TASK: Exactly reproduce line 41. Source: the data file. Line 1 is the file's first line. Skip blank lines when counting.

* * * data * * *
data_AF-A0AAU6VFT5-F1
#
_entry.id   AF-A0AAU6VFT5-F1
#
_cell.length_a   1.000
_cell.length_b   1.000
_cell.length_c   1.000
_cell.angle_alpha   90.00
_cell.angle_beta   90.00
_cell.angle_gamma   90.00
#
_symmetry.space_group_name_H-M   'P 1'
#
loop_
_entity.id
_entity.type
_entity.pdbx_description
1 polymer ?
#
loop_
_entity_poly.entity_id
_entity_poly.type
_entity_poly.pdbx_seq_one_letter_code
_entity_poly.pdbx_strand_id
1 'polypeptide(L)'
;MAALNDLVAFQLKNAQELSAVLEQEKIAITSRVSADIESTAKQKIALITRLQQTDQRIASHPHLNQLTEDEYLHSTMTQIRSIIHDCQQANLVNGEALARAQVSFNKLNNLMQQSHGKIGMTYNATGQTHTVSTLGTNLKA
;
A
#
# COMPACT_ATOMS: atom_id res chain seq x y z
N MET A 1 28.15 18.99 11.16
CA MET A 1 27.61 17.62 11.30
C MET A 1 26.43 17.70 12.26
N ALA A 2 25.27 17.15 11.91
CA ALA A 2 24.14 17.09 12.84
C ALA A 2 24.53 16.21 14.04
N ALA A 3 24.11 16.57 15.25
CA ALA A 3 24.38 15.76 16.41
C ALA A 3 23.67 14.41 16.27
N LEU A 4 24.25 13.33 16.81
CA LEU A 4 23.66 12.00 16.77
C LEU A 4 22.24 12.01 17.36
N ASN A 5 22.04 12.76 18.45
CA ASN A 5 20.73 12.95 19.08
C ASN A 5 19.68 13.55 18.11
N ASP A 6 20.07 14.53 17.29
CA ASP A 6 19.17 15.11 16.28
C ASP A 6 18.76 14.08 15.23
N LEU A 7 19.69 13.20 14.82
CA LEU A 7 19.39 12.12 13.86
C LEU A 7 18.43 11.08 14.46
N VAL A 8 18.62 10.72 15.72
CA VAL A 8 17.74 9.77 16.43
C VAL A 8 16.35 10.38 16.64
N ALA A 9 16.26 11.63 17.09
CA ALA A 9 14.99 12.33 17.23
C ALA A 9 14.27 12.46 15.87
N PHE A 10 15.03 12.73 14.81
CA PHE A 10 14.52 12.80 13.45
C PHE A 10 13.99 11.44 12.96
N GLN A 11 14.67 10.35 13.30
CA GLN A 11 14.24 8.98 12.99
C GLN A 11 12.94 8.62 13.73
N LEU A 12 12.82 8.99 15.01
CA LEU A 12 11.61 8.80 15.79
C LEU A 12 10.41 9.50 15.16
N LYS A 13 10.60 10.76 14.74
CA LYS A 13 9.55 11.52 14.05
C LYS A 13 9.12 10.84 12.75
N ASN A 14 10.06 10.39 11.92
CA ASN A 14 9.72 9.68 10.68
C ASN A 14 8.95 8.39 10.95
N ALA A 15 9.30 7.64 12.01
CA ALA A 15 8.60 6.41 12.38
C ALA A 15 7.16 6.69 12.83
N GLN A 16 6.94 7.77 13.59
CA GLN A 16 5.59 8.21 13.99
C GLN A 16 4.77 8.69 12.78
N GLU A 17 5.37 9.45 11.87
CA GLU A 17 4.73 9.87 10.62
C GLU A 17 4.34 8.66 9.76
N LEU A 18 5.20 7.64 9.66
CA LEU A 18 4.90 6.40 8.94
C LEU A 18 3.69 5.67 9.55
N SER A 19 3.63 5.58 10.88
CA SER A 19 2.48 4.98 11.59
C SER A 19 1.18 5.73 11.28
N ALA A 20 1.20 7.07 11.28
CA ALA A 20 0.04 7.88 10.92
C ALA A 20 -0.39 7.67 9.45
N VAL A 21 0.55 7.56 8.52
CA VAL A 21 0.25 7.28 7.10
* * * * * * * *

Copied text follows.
CA LEU A 4 23.66 12.00 16.77